New tool gives users a way to check the security of websites


Government websites rely heavily on HTTPS or secure weblinks and communications to handle the public’s business online. Typically, when things go well neither users nor system administrators themselves notice a problem. However, poorly configured security settings can give the illusion of security without offering any real protection.

GlobalSign has developed a tool that anybody can use for free, but is designed for IT/Website administration so that IT shops can address their website security as it relates to SSL. The SSL Config. Checker flags issues regarding the SSL configuration and provides remediation help so that the issues can be taken care of promptly. Some improved their security posture in less than 30 minutes, making for an easy fix without a lot of additional work.

All users have to do is type in the website and it will locate all of the servers supporting that site and deliver a report on the health of their security in a letter-grade report. So far this year, over 6,000 sites used the tool to evaluate the effectiveness of their SSL, and 269 of those sites used the remediation guidance provided by GlobalSign to improve and, in some cases, strengthen the security.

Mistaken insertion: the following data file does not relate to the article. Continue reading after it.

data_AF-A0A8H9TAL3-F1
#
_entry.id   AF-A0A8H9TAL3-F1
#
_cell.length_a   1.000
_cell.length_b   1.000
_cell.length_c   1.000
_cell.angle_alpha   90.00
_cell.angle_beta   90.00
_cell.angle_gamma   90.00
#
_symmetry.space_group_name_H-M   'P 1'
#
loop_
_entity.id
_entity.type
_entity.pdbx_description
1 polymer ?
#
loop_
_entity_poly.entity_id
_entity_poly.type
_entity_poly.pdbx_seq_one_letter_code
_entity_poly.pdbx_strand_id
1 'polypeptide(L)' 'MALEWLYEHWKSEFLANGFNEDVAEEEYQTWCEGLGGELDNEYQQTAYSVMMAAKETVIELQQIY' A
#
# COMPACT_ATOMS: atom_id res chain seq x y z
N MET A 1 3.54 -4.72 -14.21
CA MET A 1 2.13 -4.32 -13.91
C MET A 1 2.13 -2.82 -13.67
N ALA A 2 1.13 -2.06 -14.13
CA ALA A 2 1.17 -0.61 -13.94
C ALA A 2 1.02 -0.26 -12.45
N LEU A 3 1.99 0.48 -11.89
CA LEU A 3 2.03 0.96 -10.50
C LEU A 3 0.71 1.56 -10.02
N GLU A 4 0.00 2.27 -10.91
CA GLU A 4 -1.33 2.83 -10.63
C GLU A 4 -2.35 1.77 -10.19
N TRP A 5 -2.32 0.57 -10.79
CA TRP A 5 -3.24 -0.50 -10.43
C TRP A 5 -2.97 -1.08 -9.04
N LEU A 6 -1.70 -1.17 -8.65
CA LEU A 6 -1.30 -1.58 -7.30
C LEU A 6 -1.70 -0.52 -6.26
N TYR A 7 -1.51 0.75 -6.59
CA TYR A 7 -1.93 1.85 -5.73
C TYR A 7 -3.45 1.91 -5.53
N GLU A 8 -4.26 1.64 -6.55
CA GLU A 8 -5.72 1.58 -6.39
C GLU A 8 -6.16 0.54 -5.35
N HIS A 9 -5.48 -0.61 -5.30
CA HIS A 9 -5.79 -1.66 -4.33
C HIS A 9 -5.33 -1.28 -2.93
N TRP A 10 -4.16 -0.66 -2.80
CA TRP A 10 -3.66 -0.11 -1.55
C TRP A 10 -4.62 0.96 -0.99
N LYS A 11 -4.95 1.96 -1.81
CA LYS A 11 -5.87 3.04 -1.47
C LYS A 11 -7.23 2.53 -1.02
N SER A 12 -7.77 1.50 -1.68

“What we wanted to do was create a knowledgebase around security issues and give people a way of making decisions about their security posture,” said Ryan Hurst, chief technology officer of GlobalSign in an interview with CivSource. “The improvement in website security is certainly encouraging for us to see, but this is the absolute tip of a very big, fast-moving and dangerous iceberg,”

GlobalSign is also working with governments at both the federal and state level to ensure that they comply with security requirements as outlined by NIST and OMB. They are also working with IPv6 issues. CivSource has previously reported on recent risk guidance issued by NIST concerning fraudulent and expired security certificates. In that report, users and administrators may not readily be able to tell that they have used a bad certificate.

Hurst explains that very often professionals are well intentioned, but keeping up with the shifting threats to security online is daunting. “If you look at the configurations of servers generally, they aren’t very good. IT people often think they did what they could do, but as a practical matter they really haven’t. So we wanted to help make the internet a safer place by giving people the opportunity to check themselves.”

Hurst says that GlobalSign plans to keep the tool free and open for anyone to use, and will continue to update it as new information or settings come online.